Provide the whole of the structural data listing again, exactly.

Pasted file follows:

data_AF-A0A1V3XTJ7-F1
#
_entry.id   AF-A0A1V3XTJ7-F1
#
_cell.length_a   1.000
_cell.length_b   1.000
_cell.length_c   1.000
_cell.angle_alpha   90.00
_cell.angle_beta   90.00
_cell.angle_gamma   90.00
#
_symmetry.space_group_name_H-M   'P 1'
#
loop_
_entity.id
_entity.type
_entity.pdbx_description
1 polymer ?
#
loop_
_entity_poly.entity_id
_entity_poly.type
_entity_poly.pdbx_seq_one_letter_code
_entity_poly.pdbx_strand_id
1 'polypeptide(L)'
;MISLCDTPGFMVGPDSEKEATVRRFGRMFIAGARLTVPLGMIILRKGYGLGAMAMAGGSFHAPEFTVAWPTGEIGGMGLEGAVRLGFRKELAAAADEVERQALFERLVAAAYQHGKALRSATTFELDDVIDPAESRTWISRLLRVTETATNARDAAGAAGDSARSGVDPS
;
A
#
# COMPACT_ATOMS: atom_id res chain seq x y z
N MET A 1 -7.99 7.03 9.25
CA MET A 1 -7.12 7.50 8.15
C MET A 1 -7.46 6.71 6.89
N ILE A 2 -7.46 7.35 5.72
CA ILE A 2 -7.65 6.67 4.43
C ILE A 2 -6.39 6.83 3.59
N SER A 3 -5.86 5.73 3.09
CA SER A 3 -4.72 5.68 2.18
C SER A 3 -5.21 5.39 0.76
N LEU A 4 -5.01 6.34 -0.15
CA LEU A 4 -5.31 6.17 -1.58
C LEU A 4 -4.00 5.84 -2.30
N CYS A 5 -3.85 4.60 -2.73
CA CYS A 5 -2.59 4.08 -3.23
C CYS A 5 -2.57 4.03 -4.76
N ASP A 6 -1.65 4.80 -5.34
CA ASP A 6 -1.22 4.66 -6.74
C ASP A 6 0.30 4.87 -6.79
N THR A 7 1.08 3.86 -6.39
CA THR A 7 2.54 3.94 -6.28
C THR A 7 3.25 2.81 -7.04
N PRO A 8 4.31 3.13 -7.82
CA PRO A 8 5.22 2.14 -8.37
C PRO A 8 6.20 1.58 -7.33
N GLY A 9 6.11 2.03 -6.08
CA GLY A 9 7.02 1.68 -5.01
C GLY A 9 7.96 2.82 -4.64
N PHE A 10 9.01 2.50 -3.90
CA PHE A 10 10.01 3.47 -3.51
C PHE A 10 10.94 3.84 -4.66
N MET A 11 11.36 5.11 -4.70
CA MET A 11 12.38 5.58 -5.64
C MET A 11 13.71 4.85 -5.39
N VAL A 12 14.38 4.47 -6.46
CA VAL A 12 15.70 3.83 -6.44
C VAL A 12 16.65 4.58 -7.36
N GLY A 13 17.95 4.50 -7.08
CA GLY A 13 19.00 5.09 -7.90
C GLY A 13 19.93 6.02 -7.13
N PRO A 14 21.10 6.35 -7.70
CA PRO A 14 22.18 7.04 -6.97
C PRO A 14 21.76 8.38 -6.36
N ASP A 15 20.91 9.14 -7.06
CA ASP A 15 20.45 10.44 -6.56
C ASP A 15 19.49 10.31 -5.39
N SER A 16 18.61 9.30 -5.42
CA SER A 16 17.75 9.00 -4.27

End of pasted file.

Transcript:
data_AF-A0A1V3XTJ7-F1
#
_entry.id   AF-A0A1V3XTJ7-F1
#
_cell.length_a   1.000
_cell.length_b   1.000
_cell.length_c   1.000
_cell.angle_alpha   90.00
_cell.angle_beta   90.00
_cell.angle_gamma   90.00
#
_symmetry.space_group_name_H-M   'P 1'
#
loop_
_entity.id
_entity.type
_entity.pdbx_description
1 polymer ?
#
loop_
_entity_poly.entity_id
_entity_poly.type
_entity_poly.pdbx_seq_one_letter_code
_entity_poly.pdbx_strand_id
1 'polypeptide(L)'
;MISLCDTPGFMVGPDSEKEATVRRFGRMFIAGARLTVPLGMIILRKGYGLGAMAMAGGSFHAPEFTVAWPTGEIGGMGLEGAVRLGFRKELAAAADEVERQALFERLVAAAYQHGKALRSATTFELDDVIDPAESRTWISRLLRVTETATNARDAAGAAGDSARSGVDPS
;
A
#
# COMPACT_ATOMS: atom_id res chain seq x y z
N MET A 1 -7.99 7.03 9.25
CA MET A 1 -7.12 7.50 8.15
C MET A 1 -7.46 6.71 6.89
N ILE A 2 -7.46 7.35 5.72
CA ILE A 2 -7.65 6.67 4.43
C ILE A 2 -6.39 6.83 3.59
N SER A 3 -5.86 5.73 3.09
CA SER A 3 -4.72 5.68 2.18
C SER A 3 -5.21 5.39 0.76
N LEU A 4 -5.01 6.34 -0.15
CA LEU A 4 -5.31 6.17 -1.58
C LEU A 4 -4.00 5.84 -2.30
N CYS A 5 -3.85 4.60 -2.73
CA CYS A 5 -2.59 4.08 -3.23
C CYS A 5 -2.57 4.03 -4.76
N ASP A 6 -1.65 4.80 -5.34
CA ASP A 6 -1.22 4.66 -6.74
C ASP A 6 0.30 4.87 -6.79
N THR A 7 1.08 3.86 -6.39
CA THR A 7 2.54 3.94 -6.28
C THR A 7 3.25 2.81 -7.04
N PRO A 8 4.31 3.13 -7.82
CA PRO A 8 5.22 2.14 -8.37
C PRO A 8 6.20 1.58 -7.33
N GLY A 9 6.11 2.03 -6.08
CA GLY A 9 7.02 1.68 -5.01
C GLY A 9 7.96 2.82 -4.64
N PHE A 10 9.01 2.50 -3.90
CA PHE A 10 10.01 3.47 -3.51
C PHE A 10 10.94 3.84 -4.66
N MET A 11 11.36 5.11 -4.70
CA MET A 11 12.38 5.58 -5.64
C MET A 11 13.71 4.85 -5.39
N VAL A 12 14.38 4.47 -6.46
CA VAL A 12 15.70 3.83 -6.44
C VAL A 12 16.65 4.58 -7.36
N GLY A 13 17.95 4.50 -7.08
CA GLY A 13 19.00 5.09 -7.90
C GLY A 13 19.93 6.02 -7.13
N PRO A 14 21.10 6.35 -7.70
CA PRO A 14 22.18 7.04 -6.97
C PRO A 14 21.76 8.38 -6.36
N ASP A 15 20.91 9.14 -7.06
CA ASP A 15 20.45 10.44 -6.56
C ASP A 15 19.49 10.31 -5.39
N SER A 16 18.61 9.30 -5.42
CA SER A 16 17.75 9.00 -4.27